WASHINGTON, D.C. – Truckers hauled 8.2 percent more freight between Canada, the U.S. and Mexico in September 2014 than in September 2013, according to the U.S. Transportation Department.
NAFTA freight totalled $102.2 billion in September, making it the seventh month in a row to go over $100 billion.
Year-to-date NAFTA freight is 4.9 percent higher than during the same time in 2013.
Trucks carried 54 percent of the $57.4 billion of freight to and from Canada, followed by rail at 16.1 percent, pipeline at 13.3 percent, vessel at 5.3 percent and air at 4.3 percent. The surface transportation modes of truck, rail and pipeline carried 83.4 percent of the total U.S.-Canada freight flows.
Year-over-year, the percent change in the value of U.S.-Canada freight moved by pipeline increased the most of any mode, growing 19.2 percent. Freight moved by truck increased six percent and rail by 3.3 percent, while air and vessel were static.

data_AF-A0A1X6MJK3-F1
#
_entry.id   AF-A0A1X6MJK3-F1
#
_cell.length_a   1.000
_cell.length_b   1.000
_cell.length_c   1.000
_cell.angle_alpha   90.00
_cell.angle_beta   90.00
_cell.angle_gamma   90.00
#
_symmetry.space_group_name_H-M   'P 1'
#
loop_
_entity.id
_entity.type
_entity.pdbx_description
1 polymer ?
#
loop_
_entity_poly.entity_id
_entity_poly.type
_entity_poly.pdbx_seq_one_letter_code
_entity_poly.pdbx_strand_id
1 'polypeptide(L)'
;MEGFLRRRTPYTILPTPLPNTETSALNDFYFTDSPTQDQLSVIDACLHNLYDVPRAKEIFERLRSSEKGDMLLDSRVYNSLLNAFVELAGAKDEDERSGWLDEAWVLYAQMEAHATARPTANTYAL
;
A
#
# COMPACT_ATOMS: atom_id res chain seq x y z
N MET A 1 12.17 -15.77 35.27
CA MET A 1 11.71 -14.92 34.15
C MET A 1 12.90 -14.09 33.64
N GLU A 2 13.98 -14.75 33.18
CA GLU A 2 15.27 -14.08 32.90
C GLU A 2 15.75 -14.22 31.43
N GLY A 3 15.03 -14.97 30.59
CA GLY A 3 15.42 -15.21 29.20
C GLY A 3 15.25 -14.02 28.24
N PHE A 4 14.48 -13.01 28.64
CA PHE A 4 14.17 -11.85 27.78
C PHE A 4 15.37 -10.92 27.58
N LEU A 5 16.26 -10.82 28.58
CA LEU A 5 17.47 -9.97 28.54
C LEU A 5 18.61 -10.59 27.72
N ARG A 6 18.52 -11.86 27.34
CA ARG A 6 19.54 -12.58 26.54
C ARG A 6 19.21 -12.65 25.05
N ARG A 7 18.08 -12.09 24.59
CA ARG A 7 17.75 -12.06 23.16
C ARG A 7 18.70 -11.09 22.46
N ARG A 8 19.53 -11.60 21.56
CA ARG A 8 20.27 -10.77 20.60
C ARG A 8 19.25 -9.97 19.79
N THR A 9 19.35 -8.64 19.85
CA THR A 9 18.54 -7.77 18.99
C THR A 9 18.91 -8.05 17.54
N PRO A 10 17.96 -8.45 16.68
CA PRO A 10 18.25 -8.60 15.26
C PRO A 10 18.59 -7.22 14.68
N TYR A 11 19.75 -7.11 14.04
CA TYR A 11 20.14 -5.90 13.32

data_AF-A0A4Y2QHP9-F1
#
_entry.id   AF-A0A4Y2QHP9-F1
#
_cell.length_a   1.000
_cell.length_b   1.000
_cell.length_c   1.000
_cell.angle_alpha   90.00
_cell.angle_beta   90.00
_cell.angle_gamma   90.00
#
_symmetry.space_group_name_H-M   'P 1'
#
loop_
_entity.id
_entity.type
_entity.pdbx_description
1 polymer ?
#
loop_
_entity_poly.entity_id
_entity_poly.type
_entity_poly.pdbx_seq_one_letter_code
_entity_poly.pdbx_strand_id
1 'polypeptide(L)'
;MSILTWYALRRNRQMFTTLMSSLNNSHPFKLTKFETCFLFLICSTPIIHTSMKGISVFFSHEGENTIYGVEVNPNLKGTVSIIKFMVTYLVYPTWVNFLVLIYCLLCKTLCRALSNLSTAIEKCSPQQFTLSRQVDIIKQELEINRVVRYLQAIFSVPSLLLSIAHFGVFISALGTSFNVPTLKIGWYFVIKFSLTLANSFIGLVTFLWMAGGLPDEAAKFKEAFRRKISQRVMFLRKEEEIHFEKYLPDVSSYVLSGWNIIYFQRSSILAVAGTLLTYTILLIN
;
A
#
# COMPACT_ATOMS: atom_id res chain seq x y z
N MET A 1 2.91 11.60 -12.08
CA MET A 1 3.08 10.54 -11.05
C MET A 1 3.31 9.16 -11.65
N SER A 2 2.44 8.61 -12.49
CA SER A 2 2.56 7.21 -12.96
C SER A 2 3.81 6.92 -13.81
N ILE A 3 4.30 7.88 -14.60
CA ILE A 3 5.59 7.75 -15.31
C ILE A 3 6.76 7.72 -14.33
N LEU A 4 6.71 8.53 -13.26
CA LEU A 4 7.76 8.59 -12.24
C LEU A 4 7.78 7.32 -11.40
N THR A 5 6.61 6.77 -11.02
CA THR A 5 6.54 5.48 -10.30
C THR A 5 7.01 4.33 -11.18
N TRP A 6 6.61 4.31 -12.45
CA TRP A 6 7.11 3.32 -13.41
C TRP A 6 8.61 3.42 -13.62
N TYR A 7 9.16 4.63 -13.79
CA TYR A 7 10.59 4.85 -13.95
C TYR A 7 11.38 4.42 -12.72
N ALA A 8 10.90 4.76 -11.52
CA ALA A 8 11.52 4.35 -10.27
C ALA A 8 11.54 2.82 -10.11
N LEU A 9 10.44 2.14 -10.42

Trucks carry three-fifths of U.S.-NAFTA freight and are the most heavily utilized mode for moving goods to and from both U.S.-NAFTA partners (Canada and Mexico). Trucks accounted for $31.2 billion of exports and $30.1 billion of imports.
Of the $7.8 billion increase in the value of US-NAFTA freight from September 2013, truck freight contributed the most, $4.9 billion, followed by pipeline, $1.4 billion.
The surface transportation modes of truck, rail and pipeline carried 82.9 percent of the total U.S.-NAFTA freight flows.
Truck freight increased 8.6 percent, followed by vessel at 5.4 percent, air at 2.2 percent and rail at 0.6 percent.
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